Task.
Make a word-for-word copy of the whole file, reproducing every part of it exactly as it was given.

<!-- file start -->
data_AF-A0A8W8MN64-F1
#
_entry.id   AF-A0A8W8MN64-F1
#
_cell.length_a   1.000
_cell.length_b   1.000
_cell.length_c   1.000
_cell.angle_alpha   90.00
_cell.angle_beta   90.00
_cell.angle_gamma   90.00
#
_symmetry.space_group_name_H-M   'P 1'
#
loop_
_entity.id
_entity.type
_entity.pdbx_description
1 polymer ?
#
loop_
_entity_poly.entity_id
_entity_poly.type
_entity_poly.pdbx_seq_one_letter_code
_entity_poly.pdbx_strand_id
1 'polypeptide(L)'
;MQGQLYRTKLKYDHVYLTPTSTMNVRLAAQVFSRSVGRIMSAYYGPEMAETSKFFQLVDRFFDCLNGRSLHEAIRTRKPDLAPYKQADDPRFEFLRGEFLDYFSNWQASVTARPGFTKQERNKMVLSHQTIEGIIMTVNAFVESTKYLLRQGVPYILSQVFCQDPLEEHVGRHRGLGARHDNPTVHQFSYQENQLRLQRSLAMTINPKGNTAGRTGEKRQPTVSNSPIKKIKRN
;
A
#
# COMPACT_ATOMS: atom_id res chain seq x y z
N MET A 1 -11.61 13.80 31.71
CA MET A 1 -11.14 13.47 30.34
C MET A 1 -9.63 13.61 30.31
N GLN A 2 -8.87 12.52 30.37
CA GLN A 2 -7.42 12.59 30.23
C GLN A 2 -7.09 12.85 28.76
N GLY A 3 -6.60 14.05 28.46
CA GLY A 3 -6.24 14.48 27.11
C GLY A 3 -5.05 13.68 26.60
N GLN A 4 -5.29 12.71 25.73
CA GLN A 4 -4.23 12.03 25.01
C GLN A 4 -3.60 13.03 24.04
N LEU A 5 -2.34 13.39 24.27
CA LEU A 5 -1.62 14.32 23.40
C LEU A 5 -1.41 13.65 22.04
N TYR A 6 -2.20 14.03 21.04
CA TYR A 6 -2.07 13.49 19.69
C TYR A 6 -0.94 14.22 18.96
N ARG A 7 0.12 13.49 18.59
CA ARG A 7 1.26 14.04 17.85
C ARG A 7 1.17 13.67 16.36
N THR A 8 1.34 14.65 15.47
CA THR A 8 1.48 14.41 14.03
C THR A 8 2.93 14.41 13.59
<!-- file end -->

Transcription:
data_AF-A0A8W8MN64-F1
#
_entry.id   AF-A0A8W8MN64-F1
#
_cell.length_a   1.000
_cell.length_b   1.000
_cell.length_c   1.000
_cell.angle_alpha   90.00
_cell.angle_beta   90.00
_cell.angle_gamma   90.00
#
_symmetry.space_group_name_H-M   'P 1'
#
loop_
_entity.id
_entity.type
_entity.pdbx_description
1 polymer ?
#
loop_
_entity_poly.entity_id
_entity_poly.type
_entity_poly.pdbx_seq_one_letter_code
_entity_poly.pdbx_strand_id
1 'polypeptide(L)'
;MQGQLYRTKLKYDHVYLTPTSTMNVRLAAQVFSRSVGRIMSAYYGPEMAETSKFFQLVDRFFDCLNGRSLHEAIRTRKPDLAPYKQADDPRFEFLRGEFLDYFSNWQASVTARPGFTKQERNKMVLSHQTIEGIIMTVNAFVESTKYLLRQGVPYILSQVFCQDPLEEHVGRHRGLGARHDNPTVHQFSYQENQLRLQRSLAMTINPKGNTAGRTGEKRQPTVSNSPIKKIKRN
;
A
#
# COMPACT_ATOMS: atom_id res chain seq x y z
N MET A 1 -11.61 13.80 31.71
CA MET A 1 -11.14 13.47 30.34
C MET A 1 -9.63 13.61 30.31
N GLN A 2 -8.87 12.52 30.37
CA GLN A 2 -7.42 12.59 30.23
C GLN A 2 -7.09 12.85 28.76
N GLY A 3 -6.60 14.05 28.46
CA GLY A 3 -6.24 14.48 27.11
C GLY A 3 -5.05 13.68 26.60
N GLN A 4 -5.29 12.71 25.73
CA GLN A 4 -4.23 12.03 25.01
C GLN A 4 -3.60 13.03 24.04
N LEU A 5 -2.34 13.39 24.27
CA LEU A 5 -1.62 14.32 23.40
C LEU A 5 -1.41 13.65 22.04
N TYR A 6 -2.20 14.03 21.04
CA TYR A 6 -2.07 13.49 19.69
C TYR A 6 -0.94 14.22 18.96
N ARG A 7 0.12 13.49 18.59
CA ARG A 7 1.26 14.04 17.85
C ARG A 7 1.17 13.67 16.36
N THR A 8 1.34 14.65 15.47
CA THR A 8 1.48 14.41 14.03
C THR A 8 2.93 14.41 13.59